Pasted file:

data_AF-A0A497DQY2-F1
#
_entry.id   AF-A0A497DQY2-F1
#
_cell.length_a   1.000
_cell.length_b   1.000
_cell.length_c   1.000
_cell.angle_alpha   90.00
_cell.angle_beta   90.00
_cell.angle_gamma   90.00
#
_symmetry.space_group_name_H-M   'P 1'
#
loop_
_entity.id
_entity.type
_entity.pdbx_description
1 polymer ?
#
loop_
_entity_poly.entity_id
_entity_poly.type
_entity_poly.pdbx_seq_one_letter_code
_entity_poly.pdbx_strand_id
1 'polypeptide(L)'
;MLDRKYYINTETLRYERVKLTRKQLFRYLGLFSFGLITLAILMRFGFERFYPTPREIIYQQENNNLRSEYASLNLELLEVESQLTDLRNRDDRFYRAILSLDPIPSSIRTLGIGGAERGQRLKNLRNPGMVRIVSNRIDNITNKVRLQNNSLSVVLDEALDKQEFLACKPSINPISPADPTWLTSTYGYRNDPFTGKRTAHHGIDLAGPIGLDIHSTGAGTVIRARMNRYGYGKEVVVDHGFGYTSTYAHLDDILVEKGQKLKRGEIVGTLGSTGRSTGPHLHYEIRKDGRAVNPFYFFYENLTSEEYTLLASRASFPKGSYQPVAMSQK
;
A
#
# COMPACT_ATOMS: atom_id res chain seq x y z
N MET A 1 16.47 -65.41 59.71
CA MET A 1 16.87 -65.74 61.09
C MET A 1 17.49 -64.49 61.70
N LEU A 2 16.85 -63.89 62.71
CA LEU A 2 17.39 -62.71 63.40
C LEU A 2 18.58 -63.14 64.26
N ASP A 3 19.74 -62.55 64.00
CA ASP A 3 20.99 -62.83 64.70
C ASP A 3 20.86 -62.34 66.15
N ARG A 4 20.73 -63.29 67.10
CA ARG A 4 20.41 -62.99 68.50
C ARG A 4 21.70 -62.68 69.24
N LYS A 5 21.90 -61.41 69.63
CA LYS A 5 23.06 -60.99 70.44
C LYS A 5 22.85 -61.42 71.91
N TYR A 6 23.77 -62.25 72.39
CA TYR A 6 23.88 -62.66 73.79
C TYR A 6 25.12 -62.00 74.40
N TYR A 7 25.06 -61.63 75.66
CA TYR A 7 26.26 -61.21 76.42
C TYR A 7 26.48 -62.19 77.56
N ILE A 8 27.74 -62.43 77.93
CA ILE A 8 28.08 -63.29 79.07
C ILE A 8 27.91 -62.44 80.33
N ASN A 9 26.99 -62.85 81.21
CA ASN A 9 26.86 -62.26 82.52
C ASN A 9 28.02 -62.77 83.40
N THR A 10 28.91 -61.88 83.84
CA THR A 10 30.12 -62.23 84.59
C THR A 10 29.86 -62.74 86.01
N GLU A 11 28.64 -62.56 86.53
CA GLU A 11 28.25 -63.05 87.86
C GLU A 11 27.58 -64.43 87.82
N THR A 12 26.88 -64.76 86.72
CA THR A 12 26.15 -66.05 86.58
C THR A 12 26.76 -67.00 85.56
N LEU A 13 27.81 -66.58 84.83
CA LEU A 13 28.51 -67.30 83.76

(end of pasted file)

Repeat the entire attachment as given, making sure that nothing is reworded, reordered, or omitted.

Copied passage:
data_AF-A0A497DQY2-F1
#
_entry.id   AF-A0A497DQY2-F1
#
_cell.length_a   1.000
_cell.length_b   1.000
_cell.length_c   1.000
_cell.angle_alpha   90.00
_cell.angle_beta   90.00
_cell.angle_gamma   90.00
#
_symmetry.space_group_name_H-M   'P 1'
#
loop_
_entity.id
_entity.type
_entity.pdbx_description
1 polymer ?
#
loop_
_entity_poly.entity_id
_entity_poly.type
_entity_poly.pdbx_seq_one_letter_code
_entity_poly.pdbx_strand_id
1 'polypeptide(L)'
;MLDRKYYINTETLRYERVKLTRKQLFRYLGLFSFGLITLAILMRFGFERFYPTPREIIYQQENNNLRSEYASLNLELLEVESQLTDLRNRDDRFYRAILSLDPIPSSIRTLGIGGAERGQRLKNLRNPGMVRIVSNRIDNITNKVRLQNNSLSVVLDEALDKQEFLACKPSINPISPADPTWLTSTYGYRNDPFTGKRTAHHGIDLAGPIGLDIHSTGAGTVIRARMNRYGYGKEVVVDHGFGYTSTYAHLDDILVEKGQKLKRGEIVGTLGSTGRSTGPHLHYEIRKDGRAVNPFYFFYENLTSEEYTLLASRASFPKGSYQPVAMSQK
;
A
#
# COMPACT_ATOMS: atom_id res chain seq x y z
N MET A 1 16.47 -65.41 59.71
CA MET A 1 16.87 -65.74 61.09
C MET A 1 17.49 -64.49 61.70
N LEU A 2 16.85 -63.89 62.71
CA LEU A 2 17.39 -62.71 63.40
C LEU A 2 18.58 -63.14 64.26
N ASP A 3 19.74 -62.55 64.00
CA ASP A 3 20.99 -62.83 64.70
C ASP A 3 20.86 -62.34 66.15
N ARG A 4 20.73 -63.29 67.10
CA ARG A 4 20.41 -62.99 68.50
C ARG A 4 21.70 -62.68 69.24
N LYS A 5 21.90 -61.41 69.63
CA LYS A 5 23.06 -60.99 70.44
C LYS A 5 22.85 -61.42 71.91
N TYR A 6 23.77 -62.25 72.39
CA TYR A 6 23.88 -62.66 73.79
C TYR A 6 25.12 -62.00 74.40
N TYR A 7 25.06 -61.63 75.66
CA TYR A 7 26.26 -61.21 76.42
C TYR A 7 26.48 -62.19 77.56
N ILE A 8 27.74 -62.43 77.93
CA ILE A 8 28.08 -63.29 79.07
C ILE A 8 27.91 -62.44 80.33
N ASN A 9 26.99 -62.85 81.21
CA ASN A 9 26.86 -62.26 82.52
C ASN A 9 28.02 -62.77 83.40
N THR A 10 28.91 -61.88 83.84
CA THR A 10 30.12 -62.23 84.59
C THR A 10 29.86 -62.74 86.01
N GLU A 11 28.64 -62.56 86.53
CA GLU A 11 28.25 -63.05 87.86
C GLU A 11 27.58 -64.43 87.82
N THR A 12 26.88 -64.76 86.72
CA THR A 12 26.15 -66.05 86.58
C THR A 12 26.76 -67.00 85.56
N LEU A 13 27.81 -66.58 84.83
CA LEU A 13 28.51 -67.30 83.76